Landscape Design Series: Getting Your Hands Dirty
This is the fifth post in the Landscape Design Series.
You Made it!
You have made it! It is graduation day-Pomp and Circumstance is playing. Over the previous posts, we covered landscape design tips and secrets to prepare you for next spring. Our landscape design series included topics about planning a design; the elements and principles of design; site inventory and analysis; and Right Plant, Right Place. For our final post in the series, we will discuss tips for planning the installation of your new landscape.
Before, during, and after the design process, the budget is a major concern. It is very enjoyable to design gardens and landscapes with all the bells and whistles-but we always need to be practical. Some tips to help design and install an affordable landscape include phasing, granting yourself flexibility, shopping around, and to start small.
Do not expect to install your entire design at one time. Plan to install your landscape in multiple phases. Design your entire landscape masterplan based on your needs and wants. Based on your budget then select the parts of the landscape to install first, second, or third. Phasing is a great way to help install the landscape you want, by stretching the cost over time.
Give Yourself Flexability
Secondly, grant yourself flexibility with your design. Our designs typically select very specific plants for very specific locations but feel free to select similar plant material that is cheaper. As an example, you may have chosen the Florida native Climbing Aster (Symphyotrichum carolinianum) but you find a cheaper Purple Passion Flower (Passiflora incarnata). Both plants are similar and prefer similar conditions, but by giving yourself some flexibility, you can save yourself money.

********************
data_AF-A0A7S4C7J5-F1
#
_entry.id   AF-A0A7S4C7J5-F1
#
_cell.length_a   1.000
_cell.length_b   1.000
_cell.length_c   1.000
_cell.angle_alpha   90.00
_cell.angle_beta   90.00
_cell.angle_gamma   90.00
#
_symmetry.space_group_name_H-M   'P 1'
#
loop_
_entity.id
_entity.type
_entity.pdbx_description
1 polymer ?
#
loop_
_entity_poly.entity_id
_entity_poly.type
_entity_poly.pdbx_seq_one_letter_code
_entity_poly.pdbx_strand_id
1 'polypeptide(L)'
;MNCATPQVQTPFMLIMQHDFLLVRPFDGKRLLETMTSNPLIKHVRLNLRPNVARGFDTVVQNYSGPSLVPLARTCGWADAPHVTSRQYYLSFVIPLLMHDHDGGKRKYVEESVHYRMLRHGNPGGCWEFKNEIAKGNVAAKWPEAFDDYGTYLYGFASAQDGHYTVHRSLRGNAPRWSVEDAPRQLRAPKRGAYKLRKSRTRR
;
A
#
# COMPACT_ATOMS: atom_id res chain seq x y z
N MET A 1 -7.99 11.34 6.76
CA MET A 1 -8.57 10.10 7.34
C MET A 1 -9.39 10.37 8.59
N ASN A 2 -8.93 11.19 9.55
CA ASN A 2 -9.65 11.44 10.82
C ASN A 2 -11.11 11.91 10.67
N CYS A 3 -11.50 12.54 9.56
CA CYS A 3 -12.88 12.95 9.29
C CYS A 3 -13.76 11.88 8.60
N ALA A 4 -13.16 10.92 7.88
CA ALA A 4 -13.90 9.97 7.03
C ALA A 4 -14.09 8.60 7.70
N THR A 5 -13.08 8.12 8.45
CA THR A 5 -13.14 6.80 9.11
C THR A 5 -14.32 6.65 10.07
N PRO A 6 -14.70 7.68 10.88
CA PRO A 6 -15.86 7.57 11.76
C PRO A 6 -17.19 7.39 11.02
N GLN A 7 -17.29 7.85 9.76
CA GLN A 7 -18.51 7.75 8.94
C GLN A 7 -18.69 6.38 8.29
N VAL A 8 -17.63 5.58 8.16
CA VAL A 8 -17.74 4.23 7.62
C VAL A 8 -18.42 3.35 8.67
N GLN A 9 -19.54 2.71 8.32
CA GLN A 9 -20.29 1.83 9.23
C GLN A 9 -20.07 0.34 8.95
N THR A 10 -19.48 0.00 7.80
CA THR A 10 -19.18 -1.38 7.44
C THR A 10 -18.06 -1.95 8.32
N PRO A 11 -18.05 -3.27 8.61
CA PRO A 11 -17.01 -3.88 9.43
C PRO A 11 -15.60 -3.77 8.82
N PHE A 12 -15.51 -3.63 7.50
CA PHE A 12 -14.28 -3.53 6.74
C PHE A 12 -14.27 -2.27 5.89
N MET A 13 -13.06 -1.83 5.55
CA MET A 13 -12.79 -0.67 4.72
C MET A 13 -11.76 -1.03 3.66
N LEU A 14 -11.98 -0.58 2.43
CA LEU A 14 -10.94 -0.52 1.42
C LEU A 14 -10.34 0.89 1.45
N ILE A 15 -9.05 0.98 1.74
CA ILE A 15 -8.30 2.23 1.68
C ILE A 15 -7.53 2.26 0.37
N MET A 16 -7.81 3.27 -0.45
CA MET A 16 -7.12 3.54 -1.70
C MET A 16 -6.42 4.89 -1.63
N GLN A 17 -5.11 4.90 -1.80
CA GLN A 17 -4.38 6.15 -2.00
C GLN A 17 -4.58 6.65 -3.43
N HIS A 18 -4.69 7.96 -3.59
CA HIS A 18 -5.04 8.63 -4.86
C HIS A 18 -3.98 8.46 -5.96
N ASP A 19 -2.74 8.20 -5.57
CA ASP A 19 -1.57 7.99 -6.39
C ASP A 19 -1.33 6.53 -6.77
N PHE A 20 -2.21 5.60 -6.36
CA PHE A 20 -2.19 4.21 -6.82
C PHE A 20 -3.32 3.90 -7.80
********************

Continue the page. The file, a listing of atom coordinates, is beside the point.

Start small by picking younger trees and shrubs. I do not blame you that you want the immediate “WOW!” factor when installing your landscape. The larger, older plant material you want in the landscape increases the total cost. I like to use the phrase, “plants do a magical thing called grow”. Make an investment in your plants by planting smaller, younger plants and watch them grow. This can help significantly reduce your cost or help you install larger phases of your design. Remember to space your plants based on their mature size, not their size in the pot. A one-gallon Coontie (Zamia floridana) may look small, but it will grow to be three to five feet wide.
Do not forget about the details. Your landscape is a vital resource and how you manage those resources is very important. The Florida-Friendly Landscaping™ Program’s nine principles serve as a great resource to manage your landscape as responsibly. By following the principle of Right Plant, Right Place in your design, you will be on your way to creating a beautiful, environmentally conscious landscape.
Design details are not limited to plant material. Build resiliency into your landscape by being creative in your material selection. Are you able to recycle, reuse, reclaim, or repurpose anything in your landscape to create stepping-stones, walkways, or decorations? Many beautiful landscapes are reusing items in creative ways. A great example is New York City’s Highline Park. It used to be a train track running above parts of the city.
Time to Get Messy
It is now time to get your hands dirty. Although landscape design may seem difficult, there is no reason to panic anymore. I hope these posts built your confidence in preparing your future, beautiful landscape.